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KATIE ZERR: How many second chances are too many?

Is it time to again get tough on those who continually abuse their legal “second chances” and leave victims of their crimes in their wake?
Mobridge Police officers deal with substance abuse situations where children are involved sometimes several times a week. The department works hand-in-hand with the Department of Social Services to remove children from dangerous situations in order to keep them safe.
These officials also work with the legal system to help those who want and appreciate the help in gaining back custody of their children. There are multiple programs that aid individuals in their battle against substance abuse and help to reunite families.
Many have followed the rules of these programs, learned from their previous mistakes and gone on to create solid family situations. Other have not. One only has to read the names in the court news to realize there are individuals here that don’t learn from their mistakes, who are constantly involved in illegal activity in the community and leave more victims of their disregard of law as they enjoy their multiple chances to straighten out their lives.
When will we say enough is enough?
We have tried going easy on certain individuals under legislation passed on the state level. Because of changes in laws under the Criminal Justice Initiative, some offenders who abuse controlled substances have avoided prison time. These individuals have been allowed work within a system that helps them straighten out their lives.
There are multiple success stories of people who otherwise might have never learned their lesson, who have come out on the other side a better person, a better parent and better citizen of our state.
Then there are those no matter how many chances they get to take advantage of these programs, continue to abuse, disregard the law, and perpetrate crime in our communities. Just this week there were several examples of individuals that have had multiple chances to take advantage of the system and change their lives but have not, and were again arrested by Mobridge Police.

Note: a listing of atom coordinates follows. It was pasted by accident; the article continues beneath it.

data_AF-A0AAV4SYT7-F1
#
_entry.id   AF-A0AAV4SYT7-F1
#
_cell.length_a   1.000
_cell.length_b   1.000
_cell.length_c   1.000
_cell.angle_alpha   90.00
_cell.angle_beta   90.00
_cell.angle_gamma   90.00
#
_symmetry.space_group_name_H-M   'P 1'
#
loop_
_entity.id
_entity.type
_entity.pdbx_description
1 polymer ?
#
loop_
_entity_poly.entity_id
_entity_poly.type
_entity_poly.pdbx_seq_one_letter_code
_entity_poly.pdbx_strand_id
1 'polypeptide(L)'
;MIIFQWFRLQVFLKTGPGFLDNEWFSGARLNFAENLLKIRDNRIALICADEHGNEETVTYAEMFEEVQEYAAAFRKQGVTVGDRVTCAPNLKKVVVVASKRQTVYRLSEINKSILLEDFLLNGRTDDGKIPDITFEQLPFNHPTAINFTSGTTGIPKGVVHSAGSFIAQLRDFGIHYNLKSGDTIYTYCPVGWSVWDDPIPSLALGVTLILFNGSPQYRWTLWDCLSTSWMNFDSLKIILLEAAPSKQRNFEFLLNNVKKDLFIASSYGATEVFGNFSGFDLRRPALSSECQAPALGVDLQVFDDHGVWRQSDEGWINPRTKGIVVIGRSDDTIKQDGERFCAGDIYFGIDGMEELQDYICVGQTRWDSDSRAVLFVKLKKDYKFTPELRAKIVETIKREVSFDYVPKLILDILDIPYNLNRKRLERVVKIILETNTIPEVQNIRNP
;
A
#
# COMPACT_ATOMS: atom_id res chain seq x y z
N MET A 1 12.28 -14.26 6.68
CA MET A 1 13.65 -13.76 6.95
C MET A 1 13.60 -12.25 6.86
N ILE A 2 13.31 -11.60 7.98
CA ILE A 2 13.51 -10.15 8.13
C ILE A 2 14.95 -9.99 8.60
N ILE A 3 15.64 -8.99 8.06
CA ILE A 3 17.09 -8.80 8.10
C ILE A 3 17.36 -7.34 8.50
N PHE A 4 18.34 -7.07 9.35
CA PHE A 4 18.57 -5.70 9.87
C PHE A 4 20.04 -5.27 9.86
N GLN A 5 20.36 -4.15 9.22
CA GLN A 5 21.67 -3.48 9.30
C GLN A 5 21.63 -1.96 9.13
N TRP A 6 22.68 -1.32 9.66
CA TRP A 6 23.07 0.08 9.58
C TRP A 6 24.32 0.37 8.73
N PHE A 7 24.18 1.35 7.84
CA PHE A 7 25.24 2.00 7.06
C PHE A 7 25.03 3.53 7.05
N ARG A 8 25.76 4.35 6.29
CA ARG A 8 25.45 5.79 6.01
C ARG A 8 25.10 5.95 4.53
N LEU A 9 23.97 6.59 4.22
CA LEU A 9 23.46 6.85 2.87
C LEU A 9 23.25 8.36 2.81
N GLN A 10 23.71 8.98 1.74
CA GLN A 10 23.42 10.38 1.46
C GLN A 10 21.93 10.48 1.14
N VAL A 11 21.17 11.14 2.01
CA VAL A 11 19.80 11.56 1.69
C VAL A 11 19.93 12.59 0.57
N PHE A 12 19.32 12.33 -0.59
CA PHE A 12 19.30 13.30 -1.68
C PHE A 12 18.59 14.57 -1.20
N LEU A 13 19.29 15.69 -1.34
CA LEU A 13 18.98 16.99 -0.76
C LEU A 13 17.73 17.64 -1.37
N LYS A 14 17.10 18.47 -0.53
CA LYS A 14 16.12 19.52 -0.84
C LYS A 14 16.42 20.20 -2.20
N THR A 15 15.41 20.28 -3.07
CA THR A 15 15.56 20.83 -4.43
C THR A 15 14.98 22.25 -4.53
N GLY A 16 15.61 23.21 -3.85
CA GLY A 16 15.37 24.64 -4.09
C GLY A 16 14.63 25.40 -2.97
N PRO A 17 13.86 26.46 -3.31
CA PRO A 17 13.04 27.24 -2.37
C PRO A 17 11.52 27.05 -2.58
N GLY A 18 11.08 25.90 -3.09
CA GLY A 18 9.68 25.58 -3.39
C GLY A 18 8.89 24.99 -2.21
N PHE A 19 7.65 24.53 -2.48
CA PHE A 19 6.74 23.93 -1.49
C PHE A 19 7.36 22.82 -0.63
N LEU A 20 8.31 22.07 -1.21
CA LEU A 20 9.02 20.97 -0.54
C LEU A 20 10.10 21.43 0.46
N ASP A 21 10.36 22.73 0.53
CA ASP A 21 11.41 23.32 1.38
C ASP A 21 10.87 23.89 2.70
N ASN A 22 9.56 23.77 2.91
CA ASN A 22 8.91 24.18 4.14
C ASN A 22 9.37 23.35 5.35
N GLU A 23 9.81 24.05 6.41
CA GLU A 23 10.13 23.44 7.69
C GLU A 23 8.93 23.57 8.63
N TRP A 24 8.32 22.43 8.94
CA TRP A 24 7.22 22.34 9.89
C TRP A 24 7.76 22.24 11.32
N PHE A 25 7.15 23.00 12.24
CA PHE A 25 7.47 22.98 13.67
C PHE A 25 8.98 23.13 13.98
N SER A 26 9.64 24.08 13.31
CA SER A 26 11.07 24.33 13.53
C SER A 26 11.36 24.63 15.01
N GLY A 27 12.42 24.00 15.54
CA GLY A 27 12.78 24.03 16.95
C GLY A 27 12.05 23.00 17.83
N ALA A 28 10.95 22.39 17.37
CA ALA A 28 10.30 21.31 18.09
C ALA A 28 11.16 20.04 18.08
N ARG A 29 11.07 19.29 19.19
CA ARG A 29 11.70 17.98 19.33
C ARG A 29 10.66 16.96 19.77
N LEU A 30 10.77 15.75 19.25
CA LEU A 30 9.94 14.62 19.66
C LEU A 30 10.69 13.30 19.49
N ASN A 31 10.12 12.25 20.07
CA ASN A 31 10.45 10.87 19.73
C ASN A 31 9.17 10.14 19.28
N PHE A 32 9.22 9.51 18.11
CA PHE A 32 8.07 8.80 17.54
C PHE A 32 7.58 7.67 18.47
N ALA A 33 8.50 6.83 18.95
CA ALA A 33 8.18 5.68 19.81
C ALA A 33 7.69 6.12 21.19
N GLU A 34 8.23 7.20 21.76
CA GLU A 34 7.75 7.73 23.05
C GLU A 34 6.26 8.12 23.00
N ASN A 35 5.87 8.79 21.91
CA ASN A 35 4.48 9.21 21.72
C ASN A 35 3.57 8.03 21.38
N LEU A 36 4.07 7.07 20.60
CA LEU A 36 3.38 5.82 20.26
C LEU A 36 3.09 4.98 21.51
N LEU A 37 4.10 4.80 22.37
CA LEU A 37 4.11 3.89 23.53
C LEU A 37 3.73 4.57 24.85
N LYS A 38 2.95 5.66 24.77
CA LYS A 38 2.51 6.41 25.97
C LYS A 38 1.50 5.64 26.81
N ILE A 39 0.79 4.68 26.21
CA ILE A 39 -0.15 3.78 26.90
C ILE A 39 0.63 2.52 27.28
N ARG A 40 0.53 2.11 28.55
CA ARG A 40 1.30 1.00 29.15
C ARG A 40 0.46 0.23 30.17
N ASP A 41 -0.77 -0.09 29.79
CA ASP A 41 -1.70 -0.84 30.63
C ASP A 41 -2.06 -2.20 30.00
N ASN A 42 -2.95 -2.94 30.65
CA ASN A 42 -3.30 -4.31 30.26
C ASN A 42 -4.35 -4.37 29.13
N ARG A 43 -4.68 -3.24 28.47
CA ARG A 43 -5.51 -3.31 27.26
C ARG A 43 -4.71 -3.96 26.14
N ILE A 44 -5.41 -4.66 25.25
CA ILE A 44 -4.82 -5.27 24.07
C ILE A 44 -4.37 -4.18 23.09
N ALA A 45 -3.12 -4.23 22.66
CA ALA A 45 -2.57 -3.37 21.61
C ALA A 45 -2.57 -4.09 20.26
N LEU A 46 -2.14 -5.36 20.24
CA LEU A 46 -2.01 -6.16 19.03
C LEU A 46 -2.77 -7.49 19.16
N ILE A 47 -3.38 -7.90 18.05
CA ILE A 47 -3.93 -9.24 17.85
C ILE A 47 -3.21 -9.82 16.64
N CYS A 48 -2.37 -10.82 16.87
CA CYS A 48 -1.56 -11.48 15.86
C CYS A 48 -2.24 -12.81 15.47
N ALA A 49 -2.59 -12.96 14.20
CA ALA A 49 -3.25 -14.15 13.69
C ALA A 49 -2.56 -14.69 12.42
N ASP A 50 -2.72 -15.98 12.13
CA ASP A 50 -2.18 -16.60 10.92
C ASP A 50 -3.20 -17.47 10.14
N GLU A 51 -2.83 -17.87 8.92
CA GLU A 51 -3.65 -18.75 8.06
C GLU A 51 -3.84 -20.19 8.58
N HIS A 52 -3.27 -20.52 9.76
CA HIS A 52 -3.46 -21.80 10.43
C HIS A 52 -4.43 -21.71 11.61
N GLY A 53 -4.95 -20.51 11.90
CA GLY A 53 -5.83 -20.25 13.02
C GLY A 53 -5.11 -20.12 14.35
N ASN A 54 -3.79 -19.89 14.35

And again, there are children involved. Some will be impacted by these crimes for the rest of their lives.
Recently Mobridge Police removed children from a situation in which the mother has been the subject of multiple calls and contacts with police. Controlled substances are the culprit with this individual.
These are not anomalies in our community but are examples of regular happenings here.
Another individual, arrested on a felony, has had many run-ins with the law over a 15-year period. Not just a dozen or so, but nearly 80 calls where this individual was either involved or was arrested for breaking the law.
Granted, many of these arrests were for misdemeanor charges, but there are others that resulted in this individual being charged with felonies. Not just once or twice, but multiple times. Yet, that individual continued to take advantage of the breaks received through the legal system.
Failing to learn a lesson or grasping the concept of life without substance abuse would be a better life, this individual created more victims
Recently there was a death in Mobridge. Substance abuse is suspected of taking a life of a young woman. This is not the first time abuse of alcohol or illegal substances has played a role in the death of a resident. There is a history of this in Mobridge.
The emergence of meth use in this area is alarming. Several individuals have been arrested driving under the influence of illegal substances other than alcohol.
We have dodged the bullet of these individuals causing an accident that resulted in multiple deaths.
But for how long?
We need to let our legislators and law enforcement officials know that we are growing tired of the same individuals in our communities victimizing our residents and our children without having to pay a price.
We need to take a stand before any more children are harmed because these individuals refuse to comply with the rules set by the court that allows them to avoid prison sentences for their crimes.
If previous records, unless the person has been sentenced on a felony, are not taken into consideration during sentencing, how can prosecutors use that record to show a continual pattern of disregard for the law? One would think if a judge saw the same individual in his courtroom more than 20 times, he would recognize the pattern.
An individual who gets continual chances to plead down from felonies to misdemeanors, avoids the record of being charged and sentenced for those felonies. That does not necessarily mean they didn’t commit a felony.
In order to cause change, one must voice their displeasure with the status quo.
It is time the residents realized what is happening. It is time to let those in charge know we are tired of people, especially children, becoming victims of repeat offenders who have received multiple breaks under the law.
There are no breaks for children who must live with the results of another “second chance.”
– Katie Zerr –